Rauner wraps up 10-city, reform-touting tour
Gov. Bruce Rauner completed a 10-city tour of Illinois recently in an effort to promote budget solutions focused on balancing revenue and spending and reforming various state systems to encourage economic growth.
“The only way to get the balanced budgets is to get the economy growing faster than our government spending," Rauner says in a video of the tour published on his YouTube channel. “We’ve got to grow more jobs. Companies want to come here; they want to be here, but we’ve got to change the system. That’s what we’re fighting to do. That’s what this battle’s about: job growth, a property tax freeze and balancing the budget."
Illinois has not had a full budget for 20 months, operating instead on stopgap budgets that do not provide full funding or long-term guidance to various state agencies and institutions. The state also has a large pile of unpaid bills, mounting debt and looming exponential growth in pension payments.
While many of the state’s lawmakers recognize the need for reform, Rauner says state Democrats are pushing for increasing taxes to preserve state services while Republicans are pushing for lowering taxes and reforming current spending practices.
Illinois residents pay some of the highest property taxes in the country, and the state’s government spending and taxation rates are compounded by its large number of local government units -- the most in the country by a wide margin. Rauner, who has not yet announced a bid for re-election, argues that further tax increases will not be enough to positively affect the state’s finances in the long term.
"If anything else, just raising taxes is just duct-taping over a problem," Rauner said at a stop in Robinson, according to a report from WTHI-TV. "That's taping over a broken system. We'll never keep balanced budgets unless we change, grow the economy faster and bring down government spending. Raising taxes won't fix it; it'll just duct-tape over the problems, and that's the message we're spreading today."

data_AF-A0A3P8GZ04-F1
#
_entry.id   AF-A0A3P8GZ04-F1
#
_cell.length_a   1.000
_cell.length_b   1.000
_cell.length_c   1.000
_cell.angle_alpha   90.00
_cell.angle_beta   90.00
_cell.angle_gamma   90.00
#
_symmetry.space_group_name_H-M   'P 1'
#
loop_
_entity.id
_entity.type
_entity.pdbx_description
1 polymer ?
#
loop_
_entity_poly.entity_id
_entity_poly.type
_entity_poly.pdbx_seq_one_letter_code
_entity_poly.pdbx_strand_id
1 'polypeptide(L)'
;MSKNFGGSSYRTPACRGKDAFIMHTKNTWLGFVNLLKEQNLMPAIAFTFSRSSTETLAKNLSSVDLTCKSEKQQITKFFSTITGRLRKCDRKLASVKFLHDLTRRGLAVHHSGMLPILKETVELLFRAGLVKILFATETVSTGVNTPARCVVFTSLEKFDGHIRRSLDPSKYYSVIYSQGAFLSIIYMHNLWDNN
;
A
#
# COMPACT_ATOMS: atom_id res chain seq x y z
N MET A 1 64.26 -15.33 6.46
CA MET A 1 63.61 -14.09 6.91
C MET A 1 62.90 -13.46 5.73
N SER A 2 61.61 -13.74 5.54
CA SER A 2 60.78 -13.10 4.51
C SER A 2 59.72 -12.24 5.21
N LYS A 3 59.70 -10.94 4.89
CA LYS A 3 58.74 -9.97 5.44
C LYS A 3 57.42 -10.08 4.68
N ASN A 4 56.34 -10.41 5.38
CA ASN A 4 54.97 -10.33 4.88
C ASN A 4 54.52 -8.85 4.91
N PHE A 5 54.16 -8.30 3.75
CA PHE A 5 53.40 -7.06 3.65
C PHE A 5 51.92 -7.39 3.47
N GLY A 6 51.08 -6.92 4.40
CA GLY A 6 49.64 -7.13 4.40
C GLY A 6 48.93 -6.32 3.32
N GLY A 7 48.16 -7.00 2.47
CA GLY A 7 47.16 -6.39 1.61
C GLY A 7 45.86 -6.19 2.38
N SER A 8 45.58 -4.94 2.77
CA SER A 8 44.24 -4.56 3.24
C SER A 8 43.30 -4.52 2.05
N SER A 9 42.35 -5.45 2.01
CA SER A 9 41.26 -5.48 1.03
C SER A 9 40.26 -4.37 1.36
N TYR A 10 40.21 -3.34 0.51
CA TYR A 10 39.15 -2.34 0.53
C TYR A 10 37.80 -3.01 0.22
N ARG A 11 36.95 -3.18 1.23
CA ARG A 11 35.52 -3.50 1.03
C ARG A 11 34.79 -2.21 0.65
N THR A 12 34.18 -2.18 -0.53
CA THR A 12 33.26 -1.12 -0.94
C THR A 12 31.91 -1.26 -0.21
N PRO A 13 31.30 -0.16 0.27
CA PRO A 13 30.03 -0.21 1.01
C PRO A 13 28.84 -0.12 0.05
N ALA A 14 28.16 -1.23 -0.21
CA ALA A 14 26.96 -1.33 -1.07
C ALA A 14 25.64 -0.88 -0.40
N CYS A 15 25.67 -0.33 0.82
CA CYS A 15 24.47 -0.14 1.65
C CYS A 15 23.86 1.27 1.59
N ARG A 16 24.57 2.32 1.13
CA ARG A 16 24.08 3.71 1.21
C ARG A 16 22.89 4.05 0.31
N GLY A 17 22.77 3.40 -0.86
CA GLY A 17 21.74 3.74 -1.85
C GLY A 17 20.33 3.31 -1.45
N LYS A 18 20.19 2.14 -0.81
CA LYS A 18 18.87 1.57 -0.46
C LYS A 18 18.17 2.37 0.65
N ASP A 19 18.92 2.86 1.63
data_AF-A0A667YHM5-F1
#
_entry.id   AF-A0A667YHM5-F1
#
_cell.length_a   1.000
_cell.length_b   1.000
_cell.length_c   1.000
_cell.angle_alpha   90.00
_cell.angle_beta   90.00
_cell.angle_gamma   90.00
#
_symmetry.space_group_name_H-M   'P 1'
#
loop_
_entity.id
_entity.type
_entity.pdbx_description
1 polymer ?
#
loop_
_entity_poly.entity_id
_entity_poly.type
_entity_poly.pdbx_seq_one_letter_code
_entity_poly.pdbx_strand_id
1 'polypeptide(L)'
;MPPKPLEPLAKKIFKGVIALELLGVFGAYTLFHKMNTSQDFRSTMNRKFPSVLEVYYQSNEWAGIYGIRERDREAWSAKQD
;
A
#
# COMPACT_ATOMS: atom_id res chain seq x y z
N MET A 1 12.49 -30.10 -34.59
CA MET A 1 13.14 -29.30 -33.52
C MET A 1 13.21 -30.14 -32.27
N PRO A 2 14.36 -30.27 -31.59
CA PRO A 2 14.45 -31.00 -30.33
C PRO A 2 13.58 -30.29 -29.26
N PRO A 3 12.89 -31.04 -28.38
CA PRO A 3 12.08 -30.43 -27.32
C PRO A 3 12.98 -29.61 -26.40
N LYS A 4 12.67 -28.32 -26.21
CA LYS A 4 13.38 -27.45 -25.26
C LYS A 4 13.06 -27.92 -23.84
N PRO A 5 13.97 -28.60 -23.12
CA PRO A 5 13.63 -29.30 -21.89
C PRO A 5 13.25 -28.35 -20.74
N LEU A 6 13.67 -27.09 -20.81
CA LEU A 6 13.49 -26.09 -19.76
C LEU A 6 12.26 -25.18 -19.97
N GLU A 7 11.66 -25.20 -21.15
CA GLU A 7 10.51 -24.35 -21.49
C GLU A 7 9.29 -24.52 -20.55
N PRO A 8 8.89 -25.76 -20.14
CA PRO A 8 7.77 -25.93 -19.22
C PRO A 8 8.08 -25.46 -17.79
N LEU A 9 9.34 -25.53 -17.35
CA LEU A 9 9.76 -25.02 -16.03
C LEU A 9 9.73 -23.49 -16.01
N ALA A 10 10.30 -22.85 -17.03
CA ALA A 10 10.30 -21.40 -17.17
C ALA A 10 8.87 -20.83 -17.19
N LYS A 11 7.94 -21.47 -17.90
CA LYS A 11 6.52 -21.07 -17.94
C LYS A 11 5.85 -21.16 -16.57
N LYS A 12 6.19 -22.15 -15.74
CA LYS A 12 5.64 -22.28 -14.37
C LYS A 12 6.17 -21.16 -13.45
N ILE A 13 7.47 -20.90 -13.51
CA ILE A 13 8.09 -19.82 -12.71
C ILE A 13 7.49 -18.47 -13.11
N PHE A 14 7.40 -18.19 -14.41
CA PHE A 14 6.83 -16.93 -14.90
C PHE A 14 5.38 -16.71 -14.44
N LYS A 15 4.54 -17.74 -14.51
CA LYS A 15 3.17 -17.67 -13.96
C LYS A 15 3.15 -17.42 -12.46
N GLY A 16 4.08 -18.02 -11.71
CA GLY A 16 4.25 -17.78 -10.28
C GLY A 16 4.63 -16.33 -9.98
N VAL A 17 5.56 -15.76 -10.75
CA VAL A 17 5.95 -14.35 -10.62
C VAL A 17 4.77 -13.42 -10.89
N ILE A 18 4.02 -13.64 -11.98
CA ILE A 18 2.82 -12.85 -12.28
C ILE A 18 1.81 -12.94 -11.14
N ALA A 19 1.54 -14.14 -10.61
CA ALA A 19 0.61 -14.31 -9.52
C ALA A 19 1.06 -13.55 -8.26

According to Rauner, the state has seen government spending increase by 66 percent over the past 17 years without any net increase in jobs.
"I've been talking to companies; they're ready to come," Rauner said. "I've got dozens of companies ready to come to Illinois. It can happen very quickly, but they've all said they want to come if we get some structural change, if we do term limits, if we do fair maps, if we do property tax freeze, if we do some government consolidation so we don't have 7,000 units of local government -- more than any other state. If we do even a chunk of those, they'll come, and we'll very quickly grow our economy."
Rauner is pushing for the General Assembly to work toward a budget agreement, but he has made reform mandatory. The Senate was working on an agreement dubbed the "grand bargain," which focused on compromising between reform and added revenue, but negotiations recently ground to a halt over how much those two factors would contribute to the end agreement.
"We're encouraging the Senate to come together; the Senate Democrats and Republicans are negotiating,” Rauner said. “They're negotiating on term limits, property tax freeze, pension reform, education funding reform; so I applaud them for that: They're working on the things that I've been advocating. They haven't got a deal yet. They haven't got the bills quite in a form where it moves the needle, but we're encouraging them. Hopefully, we'll get it done in the coming weeks."
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